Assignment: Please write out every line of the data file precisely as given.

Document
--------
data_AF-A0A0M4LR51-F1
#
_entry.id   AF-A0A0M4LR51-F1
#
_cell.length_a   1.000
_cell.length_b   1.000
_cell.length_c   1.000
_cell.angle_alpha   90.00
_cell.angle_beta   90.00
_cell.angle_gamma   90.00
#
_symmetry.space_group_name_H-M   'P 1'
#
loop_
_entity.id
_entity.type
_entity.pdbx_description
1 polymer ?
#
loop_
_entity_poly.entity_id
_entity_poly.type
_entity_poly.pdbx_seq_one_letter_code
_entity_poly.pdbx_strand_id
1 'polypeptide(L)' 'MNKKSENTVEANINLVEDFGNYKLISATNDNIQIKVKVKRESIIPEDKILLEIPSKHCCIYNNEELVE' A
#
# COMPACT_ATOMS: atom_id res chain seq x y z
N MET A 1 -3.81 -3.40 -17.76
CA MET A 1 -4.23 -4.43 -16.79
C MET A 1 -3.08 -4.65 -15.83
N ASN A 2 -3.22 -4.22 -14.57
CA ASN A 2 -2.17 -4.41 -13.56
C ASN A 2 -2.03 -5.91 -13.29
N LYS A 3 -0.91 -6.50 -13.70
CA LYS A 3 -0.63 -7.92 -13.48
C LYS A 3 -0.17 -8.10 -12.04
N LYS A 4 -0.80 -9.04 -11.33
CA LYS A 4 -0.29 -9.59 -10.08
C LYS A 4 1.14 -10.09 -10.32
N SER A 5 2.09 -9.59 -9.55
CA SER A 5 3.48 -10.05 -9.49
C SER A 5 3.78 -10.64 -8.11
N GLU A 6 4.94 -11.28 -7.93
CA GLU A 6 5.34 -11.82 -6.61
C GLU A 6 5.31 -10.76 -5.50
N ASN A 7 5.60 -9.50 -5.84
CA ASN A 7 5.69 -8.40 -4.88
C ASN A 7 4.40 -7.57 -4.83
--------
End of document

data_AF-A0A0M4LR51-F1
#
_entry.id   AF-A0A0M4LR51-F1
#
_cell.length_a   1.000
_cell.length_b   1.000
_cell.length_c   1.000
_cell.angle_alpha   90.00
_cell.angle_beta   90.00
_cell.angle_gamma   90.00
#
_symmetry.space_group_name_H-M   'P 1'
#
loop_
_entity.id
_entity.type
_entity.pdbx_description
1 polymer ?
#
loop_
_entity_poly.entity_id
_entity_poly.type
_entity_poly.pdbx_seq_one_letter_code
_entity_poly.pdbx_strand_id
1 'polypeptide(L)' 'MNKKSENTVEANINLVEDFGNYKLISATNDNIQIKVKVKRESIIPEDKILLEIPSKHCCIYNNEELVE' A
#
# COMPACT_ATOMS: atom_id res chain seq x y z
N MET A 1 -3.81 -3.40 -17.76
CA MET A 1 -4.23 -4.43 -16.79
C MET A 1 -3.08 -4.65 -15.83
N ASN A 2 -3.22 -4.22 -14.57
CA ASN A 2 -2.17 -4.41 -13.56
C ASN A 2 -2.03 -5.91 -13.29
N LYS A 3 -0.91 -6.50 -13.70
CA LYS A 3 -0.63 -7.92 -13.48
C LYS A 3 -0.17 -8.10 -12.04
N LYS A 4 -0.80 -9.04 -11.33
CA LYS A 4 -0.29 -9.59 -10.08
C LYS A 4 1.14 -10.09 -10.32
N SER A 5 2.09 -9.59 -9.55
CA SER A 5 3.48 -10.05 -9.49
C SER A 5 3.78 -10.64 -8.11
N GLU A 6 4.94 -11.28 -7.93
CA GLU A 6 5.34 -11.82 -6.61
C GLU A 6 5.31 -10.76 -5.50
N ASN A 7 5.60 -9.50 -5.84
CA ASN A 7 5.69 -8.40 -4.88
C ASN A 7 4.40 -7.57 -4.83